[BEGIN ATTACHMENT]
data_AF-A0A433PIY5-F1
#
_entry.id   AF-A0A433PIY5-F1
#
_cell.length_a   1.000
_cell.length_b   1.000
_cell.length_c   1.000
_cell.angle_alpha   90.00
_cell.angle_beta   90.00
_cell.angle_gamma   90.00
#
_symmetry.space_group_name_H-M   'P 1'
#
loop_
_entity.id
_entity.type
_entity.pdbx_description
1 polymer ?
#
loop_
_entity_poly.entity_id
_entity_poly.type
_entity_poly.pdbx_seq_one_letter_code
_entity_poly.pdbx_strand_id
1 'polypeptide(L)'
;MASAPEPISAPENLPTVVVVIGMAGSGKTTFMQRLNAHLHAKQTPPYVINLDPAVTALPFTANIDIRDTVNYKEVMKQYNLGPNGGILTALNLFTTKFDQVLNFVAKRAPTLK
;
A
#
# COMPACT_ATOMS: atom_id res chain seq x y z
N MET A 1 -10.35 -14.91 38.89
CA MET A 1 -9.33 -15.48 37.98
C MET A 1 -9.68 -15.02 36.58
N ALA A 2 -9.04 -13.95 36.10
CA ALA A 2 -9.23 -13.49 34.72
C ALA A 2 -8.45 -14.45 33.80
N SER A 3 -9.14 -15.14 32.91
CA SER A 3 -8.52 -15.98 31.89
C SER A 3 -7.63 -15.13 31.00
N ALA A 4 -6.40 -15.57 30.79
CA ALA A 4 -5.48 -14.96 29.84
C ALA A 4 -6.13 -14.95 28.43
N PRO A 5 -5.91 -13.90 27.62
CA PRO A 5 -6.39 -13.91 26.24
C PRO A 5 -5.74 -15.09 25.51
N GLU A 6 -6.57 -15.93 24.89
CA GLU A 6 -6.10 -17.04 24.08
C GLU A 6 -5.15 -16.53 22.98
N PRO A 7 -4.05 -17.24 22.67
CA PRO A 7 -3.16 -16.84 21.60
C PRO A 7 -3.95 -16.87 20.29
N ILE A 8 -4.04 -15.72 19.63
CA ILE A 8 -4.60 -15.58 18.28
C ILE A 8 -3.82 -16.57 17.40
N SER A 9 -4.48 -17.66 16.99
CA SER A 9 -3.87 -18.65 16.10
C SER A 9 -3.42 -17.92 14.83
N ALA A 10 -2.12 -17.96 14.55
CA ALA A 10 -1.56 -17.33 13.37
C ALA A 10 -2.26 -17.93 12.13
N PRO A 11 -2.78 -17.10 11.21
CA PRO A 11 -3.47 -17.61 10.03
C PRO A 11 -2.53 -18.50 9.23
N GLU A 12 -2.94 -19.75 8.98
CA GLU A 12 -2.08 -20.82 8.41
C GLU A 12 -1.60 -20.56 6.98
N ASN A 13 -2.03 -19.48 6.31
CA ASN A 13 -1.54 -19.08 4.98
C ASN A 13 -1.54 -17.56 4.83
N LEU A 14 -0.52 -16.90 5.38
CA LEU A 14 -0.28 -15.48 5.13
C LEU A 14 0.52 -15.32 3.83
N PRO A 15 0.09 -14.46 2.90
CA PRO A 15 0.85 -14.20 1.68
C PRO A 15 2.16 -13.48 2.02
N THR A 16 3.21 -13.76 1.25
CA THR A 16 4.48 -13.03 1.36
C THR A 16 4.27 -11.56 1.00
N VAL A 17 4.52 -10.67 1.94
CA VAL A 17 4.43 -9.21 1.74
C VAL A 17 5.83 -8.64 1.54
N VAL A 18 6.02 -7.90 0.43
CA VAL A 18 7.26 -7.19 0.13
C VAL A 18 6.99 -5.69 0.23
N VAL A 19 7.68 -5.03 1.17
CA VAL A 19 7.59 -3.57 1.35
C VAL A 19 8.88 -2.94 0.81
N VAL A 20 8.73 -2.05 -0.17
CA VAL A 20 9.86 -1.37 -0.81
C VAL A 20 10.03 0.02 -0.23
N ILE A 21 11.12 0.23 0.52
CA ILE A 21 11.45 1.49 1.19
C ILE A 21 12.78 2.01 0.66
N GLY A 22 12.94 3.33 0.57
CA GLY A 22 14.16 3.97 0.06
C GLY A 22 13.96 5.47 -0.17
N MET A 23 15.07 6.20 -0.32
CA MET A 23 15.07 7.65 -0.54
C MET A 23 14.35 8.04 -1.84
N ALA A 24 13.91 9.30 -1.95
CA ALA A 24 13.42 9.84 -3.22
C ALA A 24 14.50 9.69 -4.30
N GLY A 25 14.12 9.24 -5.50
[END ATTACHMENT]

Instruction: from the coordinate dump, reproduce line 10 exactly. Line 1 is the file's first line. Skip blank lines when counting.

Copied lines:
_cell.angle_gamma   90.00